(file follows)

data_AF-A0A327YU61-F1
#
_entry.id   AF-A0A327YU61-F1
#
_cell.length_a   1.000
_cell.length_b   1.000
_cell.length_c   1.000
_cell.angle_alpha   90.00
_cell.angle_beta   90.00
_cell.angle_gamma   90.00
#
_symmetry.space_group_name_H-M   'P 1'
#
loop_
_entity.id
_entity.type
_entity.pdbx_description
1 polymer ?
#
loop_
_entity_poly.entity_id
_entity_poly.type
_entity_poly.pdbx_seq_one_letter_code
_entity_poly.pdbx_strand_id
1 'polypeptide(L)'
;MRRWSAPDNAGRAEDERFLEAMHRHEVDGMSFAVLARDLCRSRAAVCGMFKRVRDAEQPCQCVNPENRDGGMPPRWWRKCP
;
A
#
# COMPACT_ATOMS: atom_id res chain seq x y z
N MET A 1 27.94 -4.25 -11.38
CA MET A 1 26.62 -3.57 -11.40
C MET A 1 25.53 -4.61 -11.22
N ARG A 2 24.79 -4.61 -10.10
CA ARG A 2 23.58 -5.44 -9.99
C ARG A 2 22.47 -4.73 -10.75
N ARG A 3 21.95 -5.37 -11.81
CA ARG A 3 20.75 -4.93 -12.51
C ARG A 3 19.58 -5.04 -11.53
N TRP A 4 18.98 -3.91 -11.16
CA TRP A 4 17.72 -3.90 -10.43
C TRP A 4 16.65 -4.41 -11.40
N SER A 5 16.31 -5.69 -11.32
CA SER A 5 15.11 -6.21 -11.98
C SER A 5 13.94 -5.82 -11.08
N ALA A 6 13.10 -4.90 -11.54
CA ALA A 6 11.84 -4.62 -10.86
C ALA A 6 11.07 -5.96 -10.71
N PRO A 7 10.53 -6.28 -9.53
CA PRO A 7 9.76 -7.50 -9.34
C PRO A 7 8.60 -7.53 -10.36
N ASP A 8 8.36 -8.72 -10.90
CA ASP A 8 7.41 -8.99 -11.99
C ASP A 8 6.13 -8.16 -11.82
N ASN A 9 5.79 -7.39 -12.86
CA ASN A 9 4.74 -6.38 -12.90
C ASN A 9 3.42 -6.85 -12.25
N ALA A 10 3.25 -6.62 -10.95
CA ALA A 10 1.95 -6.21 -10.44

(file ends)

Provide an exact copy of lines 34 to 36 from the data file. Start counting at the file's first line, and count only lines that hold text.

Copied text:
N ARG A 2 24.79 -4.61 -10.10
CA ARG A 2 23.58 -5.44 -9.99
C ARG A 2 22.47 -4.73 -10.75